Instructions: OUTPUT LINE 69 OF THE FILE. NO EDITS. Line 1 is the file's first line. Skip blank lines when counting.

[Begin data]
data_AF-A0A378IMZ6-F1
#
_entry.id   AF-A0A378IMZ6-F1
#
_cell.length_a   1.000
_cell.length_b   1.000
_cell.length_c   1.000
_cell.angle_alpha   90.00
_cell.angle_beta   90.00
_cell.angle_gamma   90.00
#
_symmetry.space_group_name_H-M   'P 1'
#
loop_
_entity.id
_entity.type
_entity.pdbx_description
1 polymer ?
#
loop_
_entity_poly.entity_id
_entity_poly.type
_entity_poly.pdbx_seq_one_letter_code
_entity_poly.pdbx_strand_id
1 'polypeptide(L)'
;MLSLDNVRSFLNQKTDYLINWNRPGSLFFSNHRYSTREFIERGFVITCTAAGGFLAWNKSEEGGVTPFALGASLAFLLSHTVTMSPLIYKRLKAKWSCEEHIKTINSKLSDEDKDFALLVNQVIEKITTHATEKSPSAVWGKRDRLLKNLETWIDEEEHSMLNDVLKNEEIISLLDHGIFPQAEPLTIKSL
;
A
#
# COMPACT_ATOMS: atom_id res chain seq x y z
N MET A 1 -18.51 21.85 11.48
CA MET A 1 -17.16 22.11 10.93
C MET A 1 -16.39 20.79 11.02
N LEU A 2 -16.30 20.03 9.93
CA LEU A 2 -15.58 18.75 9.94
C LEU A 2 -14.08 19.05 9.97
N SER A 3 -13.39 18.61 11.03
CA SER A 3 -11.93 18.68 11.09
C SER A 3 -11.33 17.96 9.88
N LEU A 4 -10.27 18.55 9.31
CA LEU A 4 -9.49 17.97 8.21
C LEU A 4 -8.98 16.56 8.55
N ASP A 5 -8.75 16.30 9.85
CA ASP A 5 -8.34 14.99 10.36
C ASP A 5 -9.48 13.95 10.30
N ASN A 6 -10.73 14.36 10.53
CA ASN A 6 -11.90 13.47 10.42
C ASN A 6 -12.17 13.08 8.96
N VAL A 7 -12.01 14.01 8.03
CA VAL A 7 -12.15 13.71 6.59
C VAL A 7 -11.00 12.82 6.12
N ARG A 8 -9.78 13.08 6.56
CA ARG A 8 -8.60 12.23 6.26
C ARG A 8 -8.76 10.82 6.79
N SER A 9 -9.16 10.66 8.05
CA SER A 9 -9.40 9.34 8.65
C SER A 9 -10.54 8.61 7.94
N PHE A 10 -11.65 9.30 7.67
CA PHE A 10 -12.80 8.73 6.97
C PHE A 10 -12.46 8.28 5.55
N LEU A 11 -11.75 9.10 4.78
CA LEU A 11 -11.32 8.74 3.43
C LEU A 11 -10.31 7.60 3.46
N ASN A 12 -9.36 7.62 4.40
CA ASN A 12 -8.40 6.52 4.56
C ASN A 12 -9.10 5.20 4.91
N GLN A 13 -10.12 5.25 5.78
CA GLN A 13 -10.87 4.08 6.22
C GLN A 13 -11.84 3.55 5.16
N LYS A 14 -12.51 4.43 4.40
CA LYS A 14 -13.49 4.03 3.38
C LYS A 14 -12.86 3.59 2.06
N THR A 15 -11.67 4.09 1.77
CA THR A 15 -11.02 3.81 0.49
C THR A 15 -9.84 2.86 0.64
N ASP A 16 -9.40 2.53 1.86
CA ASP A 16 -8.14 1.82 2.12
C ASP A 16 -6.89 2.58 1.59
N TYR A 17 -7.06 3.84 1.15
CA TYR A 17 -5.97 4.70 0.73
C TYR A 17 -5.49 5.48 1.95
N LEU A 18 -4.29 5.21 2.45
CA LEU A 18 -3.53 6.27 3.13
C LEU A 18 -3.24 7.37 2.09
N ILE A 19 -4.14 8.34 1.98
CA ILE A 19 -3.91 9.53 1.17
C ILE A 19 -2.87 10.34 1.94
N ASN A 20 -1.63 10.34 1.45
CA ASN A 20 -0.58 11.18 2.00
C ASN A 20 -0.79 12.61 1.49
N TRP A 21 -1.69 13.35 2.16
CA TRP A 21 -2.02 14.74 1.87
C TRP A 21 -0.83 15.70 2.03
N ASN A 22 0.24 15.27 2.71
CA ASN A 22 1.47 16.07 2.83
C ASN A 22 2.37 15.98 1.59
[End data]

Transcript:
C GLN A 13 -11.84 3.55 5.16